Types of Liver Disease
  • Acute liver failure

    Acute liver failure (ALF) is a rapid decrease in liver function. ALF can cause edema in the brain, encephalopathy, abnormal bleeding, and multiple organ failure that is often fatal. The most common cause of ALF in the U.S. is drug-related liver toxicity, such as may be seen with an acetaminophen overdose, with a variety of prescription, illicit, and herbal drugs, or with the ingestion of poisonous mushrooms or organic solvents. ALF is also sometimes seen with viral or autoimmune hepatitisnonalcoholic fatty liver disease, fatty liver that occurs during pregnancyWilson disease, and with the rapid worsening of other liver diseases.


    Imaging scans

    • Ultrasound
    • CT (computed tomography)
    • MRI (magnetic resonance imaging)

    For more information on these imaging procedures, see

  • Alcoholic liver disease

    The liver is responsible for the metabolism of alcohol. It breaks it down so that it can then be eliminated from the body. Alcohol can damage or destroy liver cells, and the liver can be seriously injured when more alcohol is consumed than it can process. Excessive consumption of alcohol is a common cause of liver damage, and alcoholic liver disease can occur after years of heavy drinking. It can lead to:

    • Fatty liver disease – this is the excessive accumulation of fat in liver cells. This condition usually produces no symptoms or mild symptoms and occurs in the earliest stages of liver disease. It will typically go away when a person stops drinking.
    • Alcoholic hepatitis – this is inflammation and swelling of the liver. It may be chronic yet mild, lasting for years but with no specific symptoms. With mild cases, the damage may be reversed if alcohol consumption is stopped. If it continues, over time, the liver may sustain more and more damage. If the damage becomes severe, the symptoms can appear quickly, within hours or days, and may be fatal.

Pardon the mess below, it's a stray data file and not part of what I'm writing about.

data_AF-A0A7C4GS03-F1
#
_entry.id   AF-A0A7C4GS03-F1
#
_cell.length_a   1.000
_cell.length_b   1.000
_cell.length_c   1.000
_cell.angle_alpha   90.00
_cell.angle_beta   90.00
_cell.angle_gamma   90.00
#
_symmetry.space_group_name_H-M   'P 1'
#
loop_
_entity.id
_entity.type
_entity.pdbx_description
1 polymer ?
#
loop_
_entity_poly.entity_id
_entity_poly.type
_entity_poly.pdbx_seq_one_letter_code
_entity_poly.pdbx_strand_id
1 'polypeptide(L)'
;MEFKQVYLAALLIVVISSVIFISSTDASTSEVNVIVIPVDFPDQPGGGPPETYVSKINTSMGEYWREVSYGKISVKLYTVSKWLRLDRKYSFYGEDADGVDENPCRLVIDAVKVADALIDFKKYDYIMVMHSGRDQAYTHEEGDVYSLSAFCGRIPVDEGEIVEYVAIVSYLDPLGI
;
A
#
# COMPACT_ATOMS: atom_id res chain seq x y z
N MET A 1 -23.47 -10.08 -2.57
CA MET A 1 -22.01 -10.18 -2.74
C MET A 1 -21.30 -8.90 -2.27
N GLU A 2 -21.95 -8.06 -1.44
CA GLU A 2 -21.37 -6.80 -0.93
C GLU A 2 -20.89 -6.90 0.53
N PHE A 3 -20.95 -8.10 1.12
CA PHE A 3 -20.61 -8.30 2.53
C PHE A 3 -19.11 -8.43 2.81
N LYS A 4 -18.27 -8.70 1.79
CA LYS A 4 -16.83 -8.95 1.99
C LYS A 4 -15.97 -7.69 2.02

• Cirrhosis – this is scarring of the liver and the most serious form of alcoholic liver disease. It occurs when healthy liver tissue is replaced by hard scar tissue, affecting the structure of the liver and affecting its ability to function. The damage usually cannot be reversed but may not progress further if a person stops drinking. Cirrhosis can lead to liver failure and increases the risk of liver cancer.

    Alcoholic liver disease is not typically tested for directly with laboratory tests. The diagnosis is often arrived at by examining the patient and getting a full medical history, especially about ingestion of alcohol. There are some tests that may be performed to help evaluate someone with liver disease due to chronic alcohol use, and certain tests may help detect chronic and/or relapse in alcohol drinking in those who deny it.

    Testing may include:

    • Gamma-glutamyl transferase (GGT) – a liver enzyme that is increased by heavy alcohol intake and also by many other conditions that affect the liver
    • Liver panel – used to detect and/or determine the extent of liver damage
    • Ethanol level – if alcohol is suspected to be a cause of liver disease
    • Carbohydrate-deficient transferrin (CDT) – can indicate relapse to heavy drinking following a period of abstinence but may be less sensitive for women and younger people

    There is no specific treatment for alcoholic liver disease. Usually, discontinuing the consumption of alcohol is the first step, along with avoiding other substances that can harm the liver. Many people fully recover from this type of liver disease if this is done soon enough, although it may take months for the liver to heal. Participating in a rehabilitation program or counseling may be helpful in abstaining from alcohol or treating an alcohol addiction (alcoholism). Occasionally, there is lasting damage such as cirrhosis and even liver failure. If the liver is irreversibly damaged, then a liver transplant may be an option. Transplant programs usually require someone with a history of alcohol abuse (even if alcohol may not be the underlying cause) to successfully complete a rehabilitation program before transplant can be considered as an option.

  • Autoimmune liver disease

    Autoimmune disorders are diseases caused by an inappropriate immune response against the body's own tissues. Sometimes these conditions can affect the liver.